New, safer speed limits are set to be in place between Masterton and Featherston from 27 January to help protect the lives of people who use local streets and roads.
Speed limits outside schools will be reduced around the start and end of the school day, making it safer for children to walk or bike. In the main town centres of Masterton, Carterton, Greytown and Featherston, new speed limits of between 30 km/h and 50 km/h will make it safer and easier for everyone to cross the road, ride bikes and use wheelchairs and scooters.
The open road 100 km/h sections will be reduced to 80 km/h to help prevent people from dying or being seriously injured if they crash. These sections of road have seen the most fatal and serious injury crashes.
Between January 2010 and December 2019, there were 488 reported crashes on State Highway 2 between Masterton and Featherston. Four people were killed, and 28 were seriously injured.
Waka Kotahi NZ Transport Agency Director of Regional Relationships Emma Speight says changing speed limits comes down to what we all value most - protecting the lives of all who use our streets and roads.
“Speed limits were first set before we knew what was safe and appropriate for our roads. We know the current speeds harm people we care about and have a responsibility, and we must change that.”
Emma Speight says lowering the speed limit is an immediate way to reduce both the frequency and severity of crashes on this road.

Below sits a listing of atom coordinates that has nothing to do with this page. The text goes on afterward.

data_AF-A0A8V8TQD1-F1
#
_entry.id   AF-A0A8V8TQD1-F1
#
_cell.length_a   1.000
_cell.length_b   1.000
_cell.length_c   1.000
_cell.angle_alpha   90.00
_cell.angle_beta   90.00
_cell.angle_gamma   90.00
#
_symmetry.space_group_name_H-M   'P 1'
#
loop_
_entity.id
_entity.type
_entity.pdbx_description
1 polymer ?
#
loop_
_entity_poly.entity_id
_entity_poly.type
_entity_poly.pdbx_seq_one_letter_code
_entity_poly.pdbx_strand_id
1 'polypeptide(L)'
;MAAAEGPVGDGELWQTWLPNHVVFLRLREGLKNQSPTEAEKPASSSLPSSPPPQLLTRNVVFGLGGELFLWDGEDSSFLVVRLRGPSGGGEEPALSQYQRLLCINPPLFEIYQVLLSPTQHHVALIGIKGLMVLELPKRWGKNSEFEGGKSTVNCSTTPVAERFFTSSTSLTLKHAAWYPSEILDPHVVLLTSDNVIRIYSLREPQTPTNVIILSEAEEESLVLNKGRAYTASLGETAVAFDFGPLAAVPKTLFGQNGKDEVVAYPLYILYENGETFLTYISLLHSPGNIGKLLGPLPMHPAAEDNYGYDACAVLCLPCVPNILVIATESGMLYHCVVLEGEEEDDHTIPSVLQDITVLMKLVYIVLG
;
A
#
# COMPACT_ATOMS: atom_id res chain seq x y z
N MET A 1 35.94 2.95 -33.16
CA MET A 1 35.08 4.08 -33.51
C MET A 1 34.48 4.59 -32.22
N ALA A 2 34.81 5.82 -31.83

“Even when speed doesn’t cause a crash, it is always a factor in the severity and can be the difference between a person being killed, seriously injured, or walking away from a crash.”
The setting of the permanent speed limits follows engagement with the Police, the AA, and road user groups, and consultation with the public from July to September 2021.
Emma Speight says over 1,300 pieces of feedback were received from stakeholder organisations and the public during the consultation period.
“I want to thank the members of the public for their feedback and input on the new speed limits. It has been greatly appreciated.”
This speed review is aligned with New Zealand’s Road Safety Strategy, Road to Zero 2020 – 2030 and a programme of work delivering safety improvements, including speed management, on our highest-risk intersections and roads across New Zealand. Through these safety improvements, Waka Kotahi aims to reduce the number of people killed or seriously injured on our roads.
In addition to safer speeds, Emma Speight says Waka Kotahi is making safety improvements on State Highway 2 between Masterton to Carterton.
“Construction on this project is well underway, and includes roundabouts at Ngaumutawa Road, Norfolk Road, and East Taratahi/Wiltons Road; road widening, new signage, and flexible safety barriers.”
The new speed limits begin from Friday, 27 January 2023. In construction areas, the temporary speed limits around worksites will remain in place until work is finished. Contractors will then replace speed signs with the new relevant ones.